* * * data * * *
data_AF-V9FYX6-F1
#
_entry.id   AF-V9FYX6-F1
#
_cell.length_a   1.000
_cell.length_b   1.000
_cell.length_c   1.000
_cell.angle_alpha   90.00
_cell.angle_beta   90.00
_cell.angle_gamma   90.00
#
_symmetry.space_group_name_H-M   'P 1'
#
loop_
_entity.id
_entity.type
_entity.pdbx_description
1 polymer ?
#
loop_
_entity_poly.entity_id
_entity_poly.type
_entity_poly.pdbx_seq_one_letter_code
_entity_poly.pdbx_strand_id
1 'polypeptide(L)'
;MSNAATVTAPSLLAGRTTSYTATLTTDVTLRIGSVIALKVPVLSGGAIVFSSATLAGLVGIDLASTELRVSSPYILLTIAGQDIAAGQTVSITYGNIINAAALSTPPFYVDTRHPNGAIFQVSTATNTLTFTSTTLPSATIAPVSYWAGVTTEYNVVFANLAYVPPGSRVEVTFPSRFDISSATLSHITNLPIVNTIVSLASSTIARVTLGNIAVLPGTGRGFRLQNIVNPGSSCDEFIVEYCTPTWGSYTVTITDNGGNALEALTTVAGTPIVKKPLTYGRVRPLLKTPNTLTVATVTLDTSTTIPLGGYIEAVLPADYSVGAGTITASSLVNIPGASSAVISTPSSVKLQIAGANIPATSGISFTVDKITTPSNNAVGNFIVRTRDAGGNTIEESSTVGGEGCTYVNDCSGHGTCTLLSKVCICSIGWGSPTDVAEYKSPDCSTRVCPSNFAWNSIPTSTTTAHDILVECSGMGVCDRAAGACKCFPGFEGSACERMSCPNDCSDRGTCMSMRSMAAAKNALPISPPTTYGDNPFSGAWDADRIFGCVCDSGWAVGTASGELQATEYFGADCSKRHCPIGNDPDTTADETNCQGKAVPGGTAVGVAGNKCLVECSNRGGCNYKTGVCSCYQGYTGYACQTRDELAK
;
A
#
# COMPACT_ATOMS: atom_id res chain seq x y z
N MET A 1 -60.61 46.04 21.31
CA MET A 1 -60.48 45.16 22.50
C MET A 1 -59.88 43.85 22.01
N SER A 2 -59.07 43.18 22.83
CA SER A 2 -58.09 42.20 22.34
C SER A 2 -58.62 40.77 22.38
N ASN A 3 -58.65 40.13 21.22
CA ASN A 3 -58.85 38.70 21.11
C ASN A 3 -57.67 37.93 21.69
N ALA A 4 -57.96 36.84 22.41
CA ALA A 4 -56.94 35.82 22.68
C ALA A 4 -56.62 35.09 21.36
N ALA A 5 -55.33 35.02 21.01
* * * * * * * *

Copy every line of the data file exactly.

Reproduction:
data_AF-V9FYX6-F1
#
_entry.id   AF-V9FYX6-F1
#
_cell.length_a   1.000
_cell.length_b   1.000
_cell.length_c   1.000
_cell.angle_alpha   90.00
_cell.angle_beta   90.00
_cell.angle_gamma   90.00
#
_symmetry.space_group_name_H-M   'P 1'
#
loop_
_entity.id
_entity.type
_entity.pdbx_description
1 polymer ?
#
loop_
_entity_poly.entity_id
_entity_poly.type
_entity_poly.pdbx_seq_one_letter_code
_entity_poly.pdbx_strand_id
1 'polypeptide(L)'
;MSNAATVTAPSLLAGRTTSYTATLTTDVTLRIGSVIALKVPVLSGGAIVFSSATLAGLVGIDLASTELRVSSPYILLTIAGQDIAAGQTVSITYGNIINAAALSTPPFYVDTRHPNGAIFQVSTATNTLTFTSTTLPSATIAPVSYWAGVTTEYNVVFANLAYVPPGSRVEVTFPSRFDISSATLSHITNLPIVNTIVSLASSTIARVTLGNIAVLPGTGRGFRLQNIVNPGSSCDEFIVEYCTPTWGSYTVTITDNGGNALEALTTVAGTPIVKKPLTYGRVRPLLKTPNTLTVATVTLDTSTTIPLGGYIEAVLPADYSVGAGTITASSLVNIPGASSAVISTPSSVKLQIAGANIPATSGISFTVDKITTPSNNAVGNFIVRTRDAGGNTIEESSTVGGEGCTYVNDCSGHGTCTLLSKVCICSIGWGSPTDVAEYKSPDCSTRVCPSNFAWNSIPTSTTTAHDILVECSGMGVCDRAAGACKCFPGFEGSACERMSCPNDCSDRGTCMSMRSMAAAKNALPISPPTTYGDNPFSGAWDADRIFGCVCDSGWAVGTASGELQATEYFGADCSKRHCPIGNDPDTTADETNCQGKAVPGGTAVGVAGNKCLVECSNRGGCNYKTGVCSCYQGYTGYACQTRDELAK
;
A
#
# COMPACT_ATOMS: atom_id res chain seq x y z
N MET A 1 -60.61 46.04 21.31
CA MET A 1 -60.48 45.16 22.50
C MET A 1 -59.88 43.85 22.01
N SER A 2 -59.07 43.18 22.83
CA SER A 2 -58.09 42.20 22.34
C SER A 2 -58.62 40.77 22.38
N ASN A 3 -58.65 40.13 21.22
CA ASN A 3 -58.85 38.70 21.11
C ASN A 3 -57.67 37.93 21.69
N ALA A 4 -57.96 36.84 22.41
CA ALA A 4 -56.94 35.82 22.68
C ALA A 4 -56.62 35.09 21.36
N ALA A 5 -55.33 35.02 21.01